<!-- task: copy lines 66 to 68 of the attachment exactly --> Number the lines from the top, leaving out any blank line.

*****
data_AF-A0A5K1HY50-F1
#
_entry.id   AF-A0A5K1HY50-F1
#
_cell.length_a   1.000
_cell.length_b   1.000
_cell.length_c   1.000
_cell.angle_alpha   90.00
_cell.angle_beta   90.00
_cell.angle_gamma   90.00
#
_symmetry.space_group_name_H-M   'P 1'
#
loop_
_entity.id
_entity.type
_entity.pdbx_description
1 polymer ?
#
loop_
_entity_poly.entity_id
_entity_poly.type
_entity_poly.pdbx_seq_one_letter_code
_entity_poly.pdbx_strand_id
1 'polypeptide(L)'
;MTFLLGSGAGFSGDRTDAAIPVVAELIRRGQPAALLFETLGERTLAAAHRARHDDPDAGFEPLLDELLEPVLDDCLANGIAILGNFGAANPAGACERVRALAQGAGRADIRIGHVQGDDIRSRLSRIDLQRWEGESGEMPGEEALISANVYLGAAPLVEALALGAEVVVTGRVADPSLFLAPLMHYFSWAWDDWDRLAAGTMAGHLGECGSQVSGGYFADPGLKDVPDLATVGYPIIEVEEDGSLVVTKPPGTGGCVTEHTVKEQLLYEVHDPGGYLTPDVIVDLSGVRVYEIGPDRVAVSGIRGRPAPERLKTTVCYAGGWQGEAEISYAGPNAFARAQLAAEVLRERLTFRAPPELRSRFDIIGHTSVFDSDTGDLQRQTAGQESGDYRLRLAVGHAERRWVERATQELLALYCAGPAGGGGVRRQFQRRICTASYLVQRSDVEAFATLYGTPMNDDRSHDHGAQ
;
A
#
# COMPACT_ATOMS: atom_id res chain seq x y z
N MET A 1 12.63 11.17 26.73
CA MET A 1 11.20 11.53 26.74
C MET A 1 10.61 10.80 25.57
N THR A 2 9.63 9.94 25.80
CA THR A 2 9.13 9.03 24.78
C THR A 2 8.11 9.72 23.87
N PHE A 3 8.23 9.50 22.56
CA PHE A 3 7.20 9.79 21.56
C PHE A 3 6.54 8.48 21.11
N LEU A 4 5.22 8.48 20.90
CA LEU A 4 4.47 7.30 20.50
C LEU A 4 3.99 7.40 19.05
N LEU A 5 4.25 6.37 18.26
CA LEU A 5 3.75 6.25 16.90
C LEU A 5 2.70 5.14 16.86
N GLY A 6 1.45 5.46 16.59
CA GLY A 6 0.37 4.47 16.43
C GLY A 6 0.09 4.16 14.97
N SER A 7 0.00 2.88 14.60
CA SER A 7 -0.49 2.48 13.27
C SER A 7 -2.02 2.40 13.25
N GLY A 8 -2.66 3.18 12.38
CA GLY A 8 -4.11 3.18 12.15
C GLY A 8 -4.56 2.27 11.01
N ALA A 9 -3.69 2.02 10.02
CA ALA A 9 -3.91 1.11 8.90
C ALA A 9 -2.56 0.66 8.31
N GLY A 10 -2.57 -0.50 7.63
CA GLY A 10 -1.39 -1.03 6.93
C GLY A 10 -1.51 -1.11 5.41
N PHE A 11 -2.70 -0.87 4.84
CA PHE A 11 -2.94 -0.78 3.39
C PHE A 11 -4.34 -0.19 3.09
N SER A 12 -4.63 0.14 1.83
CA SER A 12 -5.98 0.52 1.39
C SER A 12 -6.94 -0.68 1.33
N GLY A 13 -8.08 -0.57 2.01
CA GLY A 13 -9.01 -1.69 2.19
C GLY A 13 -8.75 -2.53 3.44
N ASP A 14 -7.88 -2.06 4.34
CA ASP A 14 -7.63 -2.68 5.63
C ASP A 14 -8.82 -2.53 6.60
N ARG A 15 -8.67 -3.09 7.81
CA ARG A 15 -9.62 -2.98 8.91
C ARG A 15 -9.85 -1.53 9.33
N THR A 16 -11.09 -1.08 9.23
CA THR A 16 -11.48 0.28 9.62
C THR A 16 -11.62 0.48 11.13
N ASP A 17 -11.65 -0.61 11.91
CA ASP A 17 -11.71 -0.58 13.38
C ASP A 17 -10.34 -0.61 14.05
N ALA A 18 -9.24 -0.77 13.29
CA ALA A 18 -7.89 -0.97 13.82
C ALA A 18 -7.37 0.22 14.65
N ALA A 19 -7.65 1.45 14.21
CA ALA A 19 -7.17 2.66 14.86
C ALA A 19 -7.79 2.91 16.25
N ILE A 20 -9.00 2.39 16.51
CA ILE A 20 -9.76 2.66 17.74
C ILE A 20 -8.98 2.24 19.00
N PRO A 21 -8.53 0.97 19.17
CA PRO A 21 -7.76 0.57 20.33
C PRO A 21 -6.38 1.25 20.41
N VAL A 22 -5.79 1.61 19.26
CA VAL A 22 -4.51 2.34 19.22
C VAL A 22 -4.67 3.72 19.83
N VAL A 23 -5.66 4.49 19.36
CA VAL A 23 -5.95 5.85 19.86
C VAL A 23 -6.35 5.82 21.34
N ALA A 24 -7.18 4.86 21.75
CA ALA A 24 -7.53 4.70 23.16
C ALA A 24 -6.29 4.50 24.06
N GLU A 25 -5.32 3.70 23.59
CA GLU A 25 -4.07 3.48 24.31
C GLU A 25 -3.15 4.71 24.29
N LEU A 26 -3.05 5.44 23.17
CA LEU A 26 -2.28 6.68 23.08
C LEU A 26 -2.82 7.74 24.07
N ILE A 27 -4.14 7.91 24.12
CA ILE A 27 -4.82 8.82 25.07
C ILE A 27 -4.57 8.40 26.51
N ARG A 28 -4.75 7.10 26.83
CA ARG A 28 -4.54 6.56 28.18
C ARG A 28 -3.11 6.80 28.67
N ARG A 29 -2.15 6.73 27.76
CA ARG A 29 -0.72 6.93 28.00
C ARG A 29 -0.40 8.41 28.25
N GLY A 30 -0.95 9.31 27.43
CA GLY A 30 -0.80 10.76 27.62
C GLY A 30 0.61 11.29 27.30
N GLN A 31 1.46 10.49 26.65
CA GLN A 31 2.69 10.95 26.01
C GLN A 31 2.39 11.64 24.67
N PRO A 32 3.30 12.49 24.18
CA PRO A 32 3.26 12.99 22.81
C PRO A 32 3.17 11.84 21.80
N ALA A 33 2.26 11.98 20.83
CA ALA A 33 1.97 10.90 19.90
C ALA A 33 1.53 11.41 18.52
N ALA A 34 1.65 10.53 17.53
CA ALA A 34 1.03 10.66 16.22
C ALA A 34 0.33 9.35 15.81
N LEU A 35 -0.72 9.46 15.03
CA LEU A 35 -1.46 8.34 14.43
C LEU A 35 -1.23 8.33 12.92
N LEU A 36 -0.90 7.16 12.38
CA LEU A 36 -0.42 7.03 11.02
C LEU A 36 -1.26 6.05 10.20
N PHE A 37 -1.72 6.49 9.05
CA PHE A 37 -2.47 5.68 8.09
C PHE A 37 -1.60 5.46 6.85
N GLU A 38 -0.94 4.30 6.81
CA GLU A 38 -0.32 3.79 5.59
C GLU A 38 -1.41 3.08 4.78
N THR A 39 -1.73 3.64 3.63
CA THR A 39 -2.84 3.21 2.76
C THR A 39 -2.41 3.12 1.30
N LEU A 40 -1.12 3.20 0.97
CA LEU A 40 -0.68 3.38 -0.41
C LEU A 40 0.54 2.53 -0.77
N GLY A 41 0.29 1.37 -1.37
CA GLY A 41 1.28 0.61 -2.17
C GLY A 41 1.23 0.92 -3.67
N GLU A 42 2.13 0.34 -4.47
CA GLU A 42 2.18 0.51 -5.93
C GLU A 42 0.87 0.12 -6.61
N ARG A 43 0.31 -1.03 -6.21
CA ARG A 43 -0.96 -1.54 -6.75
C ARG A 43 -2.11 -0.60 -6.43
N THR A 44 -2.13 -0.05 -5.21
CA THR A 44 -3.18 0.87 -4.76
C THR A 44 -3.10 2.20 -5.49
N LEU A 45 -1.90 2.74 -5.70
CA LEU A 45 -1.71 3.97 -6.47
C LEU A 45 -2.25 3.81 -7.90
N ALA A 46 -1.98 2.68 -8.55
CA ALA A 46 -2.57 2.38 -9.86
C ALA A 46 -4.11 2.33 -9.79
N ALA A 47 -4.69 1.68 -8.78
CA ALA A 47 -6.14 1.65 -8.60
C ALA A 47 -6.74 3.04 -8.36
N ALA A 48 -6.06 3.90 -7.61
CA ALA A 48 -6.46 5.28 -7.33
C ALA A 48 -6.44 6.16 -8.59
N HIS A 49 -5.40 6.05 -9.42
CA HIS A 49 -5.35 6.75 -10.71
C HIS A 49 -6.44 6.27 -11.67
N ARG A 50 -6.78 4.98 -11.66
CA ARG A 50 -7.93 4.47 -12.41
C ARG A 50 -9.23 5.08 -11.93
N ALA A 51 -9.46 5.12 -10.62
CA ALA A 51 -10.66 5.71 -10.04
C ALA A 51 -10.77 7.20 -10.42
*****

C SER A 12 -6.94 -0.68 1.33
N GLY A 13 -8.08 -0.57 2.01
CA GLY A 13 -9.01 -1.69 2.19